Menlo Park holds off on allowing marijuana retailers

Daily Post Staff Writer
When retail marijuana becomes legal on Jan. 1, it won’t be in Menlo Park. City Council decided last night (Sept. 12) to wait a year or two before deciding whether to license marijuana stores or other businesses related to cannabis.

Council unanimously directed City Attorney Bill McClure to return in a month with an ordinance that bans commercial marijuana activity for a year. That will give city leaders time to see how other cities deal with marijuana retailing.

The passage of Proposition 64 last fall will result in the legalization of retail marijuana sales beginning on Jan. 1 unless a city passes an ordinance either banning such sales or regulating them.



Menlo Park now joins Burlingame, East Palo Alto and San Carlos in delaying for at least a year local regulations for pot shops and other marijuana-related businesses such as manufacturing, testing and distribution centers and nurseries.

Palo Alto and San Mateo have completely banned such businesses.

San Carlos has put a ban on pot shops but it is considering a plan to allow marijuana-related businesses such as manufacturing, testing and distribution centers and nurseries to set up shop.

Before deciding last night to postpone regulations, council members talked about where pot shops or other cannabis businesses could be allowed. State law says a marijuana-related business has to be at least 600 feet from school and day care centers.

Dumping pot shops in the Belle Haven?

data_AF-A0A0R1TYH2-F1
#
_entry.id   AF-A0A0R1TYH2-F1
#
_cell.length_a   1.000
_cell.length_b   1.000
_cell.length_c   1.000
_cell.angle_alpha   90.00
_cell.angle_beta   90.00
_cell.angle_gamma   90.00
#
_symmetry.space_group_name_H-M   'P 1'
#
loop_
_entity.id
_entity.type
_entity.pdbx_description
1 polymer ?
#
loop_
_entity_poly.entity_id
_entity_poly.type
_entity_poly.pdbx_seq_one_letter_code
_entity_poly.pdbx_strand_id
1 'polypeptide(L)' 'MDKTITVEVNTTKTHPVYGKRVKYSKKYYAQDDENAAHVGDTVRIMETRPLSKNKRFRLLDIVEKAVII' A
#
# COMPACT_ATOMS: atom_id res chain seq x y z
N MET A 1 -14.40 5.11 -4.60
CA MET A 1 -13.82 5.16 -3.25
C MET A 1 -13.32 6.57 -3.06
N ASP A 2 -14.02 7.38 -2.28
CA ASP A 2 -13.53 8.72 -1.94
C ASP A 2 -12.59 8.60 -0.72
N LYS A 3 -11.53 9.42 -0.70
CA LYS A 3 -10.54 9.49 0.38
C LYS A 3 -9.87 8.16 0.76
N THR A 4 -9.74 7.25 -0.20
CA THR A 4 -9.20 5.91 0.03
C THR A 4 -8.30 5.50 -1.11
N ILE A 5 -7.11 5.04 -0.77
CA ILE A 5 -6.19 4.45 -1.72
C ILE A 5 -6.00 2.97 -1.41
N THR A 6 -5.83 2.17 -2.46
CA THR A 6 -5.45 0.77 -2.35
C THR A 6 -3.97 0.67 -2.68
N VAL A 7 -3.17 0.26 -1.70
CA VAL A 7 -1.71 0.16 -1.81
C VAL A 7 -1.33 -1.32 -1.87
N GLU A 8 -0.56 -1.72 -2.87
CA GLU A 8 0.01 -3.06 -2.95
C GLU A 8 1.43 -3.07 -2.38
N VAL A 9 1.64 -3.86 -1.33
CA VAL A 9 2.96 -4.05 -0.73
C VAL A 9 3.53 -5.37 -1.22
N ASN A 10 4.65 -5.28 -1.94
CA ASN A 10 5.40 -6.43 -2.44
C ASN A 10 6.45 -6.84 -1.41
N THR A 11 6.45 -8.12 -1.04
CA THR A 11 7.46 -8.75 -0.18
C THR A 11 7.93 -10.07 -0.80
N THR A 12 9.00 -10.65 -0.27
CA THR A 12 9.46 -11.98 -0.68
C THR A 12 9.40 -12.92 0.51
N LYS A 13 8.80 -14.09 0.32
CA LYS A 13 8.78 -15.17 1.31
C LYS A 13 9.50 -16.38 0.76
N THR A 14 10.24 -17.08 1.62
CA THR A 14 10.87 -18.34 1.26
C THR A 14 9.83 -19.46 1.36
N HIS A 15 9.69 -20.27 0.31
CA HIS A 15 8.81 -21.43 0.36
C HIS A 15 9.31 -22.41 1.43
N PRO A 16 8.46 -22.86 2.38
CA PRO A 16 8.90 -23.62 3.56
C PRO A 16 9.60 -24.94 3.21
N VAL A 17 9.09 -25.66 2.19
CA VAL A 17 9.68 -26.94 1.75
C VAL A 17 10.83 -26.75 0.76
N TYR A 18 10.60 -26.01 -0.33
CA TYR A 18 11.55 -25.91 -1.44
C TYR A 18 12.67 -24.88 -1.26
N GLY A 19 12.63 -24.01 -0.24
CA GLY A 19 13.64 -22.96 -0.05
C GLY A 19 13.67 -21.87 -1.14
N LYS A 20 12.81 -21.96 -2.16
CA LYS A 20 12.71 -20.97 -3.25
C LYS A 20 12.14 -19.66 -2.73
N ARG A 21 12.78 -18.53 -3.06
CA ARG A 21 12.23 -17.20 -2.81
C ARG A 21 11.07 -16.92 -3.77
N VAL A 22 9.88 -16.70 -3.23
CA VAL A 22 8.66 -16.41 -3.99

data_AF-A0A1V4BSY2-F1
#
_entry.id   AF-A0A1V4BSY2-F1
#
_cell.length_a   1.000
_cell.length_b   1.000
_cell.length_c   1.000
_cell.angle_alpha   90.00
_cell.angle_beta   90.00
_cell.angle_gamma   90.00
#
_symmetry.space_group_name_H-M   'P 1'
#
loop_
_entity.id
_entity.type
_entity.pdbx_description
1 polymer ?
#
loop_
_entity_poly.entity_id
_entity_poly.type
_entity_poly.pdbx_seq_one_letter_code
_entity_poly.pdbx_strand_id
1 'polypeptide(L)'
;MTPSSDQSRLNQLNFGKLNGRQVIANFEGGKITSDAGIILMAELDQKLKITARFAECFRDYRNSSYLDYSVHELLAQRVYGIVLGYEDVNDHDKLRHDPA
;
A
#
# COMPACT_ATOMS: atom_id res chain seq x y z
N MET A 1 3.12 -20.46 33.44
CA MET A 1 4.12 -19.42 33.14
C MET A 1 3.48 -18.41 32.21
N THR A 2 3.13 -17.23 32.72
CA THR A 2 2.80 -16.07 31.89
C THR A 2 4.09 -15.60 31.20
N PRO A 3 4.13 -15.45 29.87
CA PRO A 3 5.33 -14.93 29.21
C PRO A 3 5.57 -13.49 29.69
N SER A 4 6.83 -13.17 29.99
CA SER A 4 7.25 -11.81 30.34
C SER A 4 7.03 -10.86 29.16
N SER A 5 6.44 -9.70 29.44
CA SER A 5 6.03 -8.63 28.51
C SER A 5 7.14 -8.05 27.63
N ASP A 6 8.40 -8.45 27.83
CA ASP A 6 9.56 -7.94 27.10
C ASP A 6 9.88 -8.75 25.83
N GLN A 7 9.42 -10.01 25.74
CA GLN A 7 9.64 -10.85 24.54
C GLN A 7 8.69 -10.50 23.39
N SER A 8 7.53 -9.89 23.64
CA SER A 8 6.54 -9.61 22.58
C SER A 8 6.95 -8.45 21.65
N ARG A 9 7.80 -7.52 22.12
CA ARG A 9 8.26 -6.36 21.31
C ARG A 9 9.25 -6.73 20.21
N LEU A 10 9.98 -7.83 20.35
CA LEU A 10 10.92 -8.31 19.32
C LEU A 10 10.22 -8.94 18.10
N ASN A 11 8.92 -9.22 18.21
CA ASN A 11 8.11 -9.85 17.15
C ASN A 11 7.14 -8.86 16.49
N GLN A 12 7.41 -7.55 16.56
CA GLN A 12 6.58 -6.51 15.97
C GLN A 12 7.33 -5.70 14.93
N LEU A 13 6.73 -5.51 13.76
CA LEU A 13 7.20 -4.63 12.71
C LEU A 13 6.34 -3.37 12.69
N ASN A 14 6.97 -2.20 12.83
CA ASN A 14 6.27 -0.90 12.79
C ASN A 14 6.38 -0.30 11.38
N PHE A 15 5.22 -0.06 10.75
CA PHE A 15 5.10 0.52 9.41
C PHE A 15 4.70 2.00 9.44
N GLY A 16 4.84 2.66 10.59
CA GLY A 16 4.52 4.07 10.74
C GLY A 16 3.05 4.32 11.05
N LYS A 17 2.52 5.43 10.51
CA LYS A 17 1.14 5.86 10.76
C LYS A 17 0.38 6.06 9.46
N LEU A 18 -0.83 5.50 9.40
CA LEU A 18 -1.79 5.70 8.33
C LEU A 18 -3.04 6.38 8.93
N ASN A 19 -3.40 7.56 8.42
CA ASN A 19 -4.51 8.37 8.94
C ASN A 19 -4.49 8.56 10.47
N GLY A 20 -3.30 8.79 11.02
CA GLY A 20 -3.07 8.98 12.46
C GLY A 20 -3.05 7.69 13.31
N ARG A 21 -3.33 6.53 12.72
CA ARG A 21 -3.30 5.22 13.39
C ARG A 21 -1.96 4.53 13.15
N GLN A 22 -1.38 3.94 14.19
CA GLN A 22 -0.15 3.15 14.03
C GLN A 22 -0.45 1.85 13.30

Assistant Community Development Director Mark Muenzer presented a map to council showing buffer zones around those places. His report to council pointed out that the industrial area of Haven Avenue on the east side of Highway 101 could be a suitable location for marijuana cultivation.

But east side resident Matt Henry, a former planning commissioner, pointed out that the Sequoia Union High School District is building a high school at 150 Jefferson Drive, and Muenzer’s map didn’t show a buffer zone around that location.

Henry thought the omission was “under handed.”

“It says to me that they really just want to dump all the pot activity in my part of town,” Henry said.

Unintentional error, Keith says

But Mayor Kirsten Keith pointed out that the map wasn’t official and suggested Muenzer might be unfamiliar with the geography since he just moved here from Chicago. She said the omission was unintentional.

Keith said once the school and day care centers are added onto the map, there may not be a place where a pot shop or other marijuana related business could be allowed in the city.

City Attorney Bill McClure will return to council next month with an ordinance banning marijuana businesses for at least a year.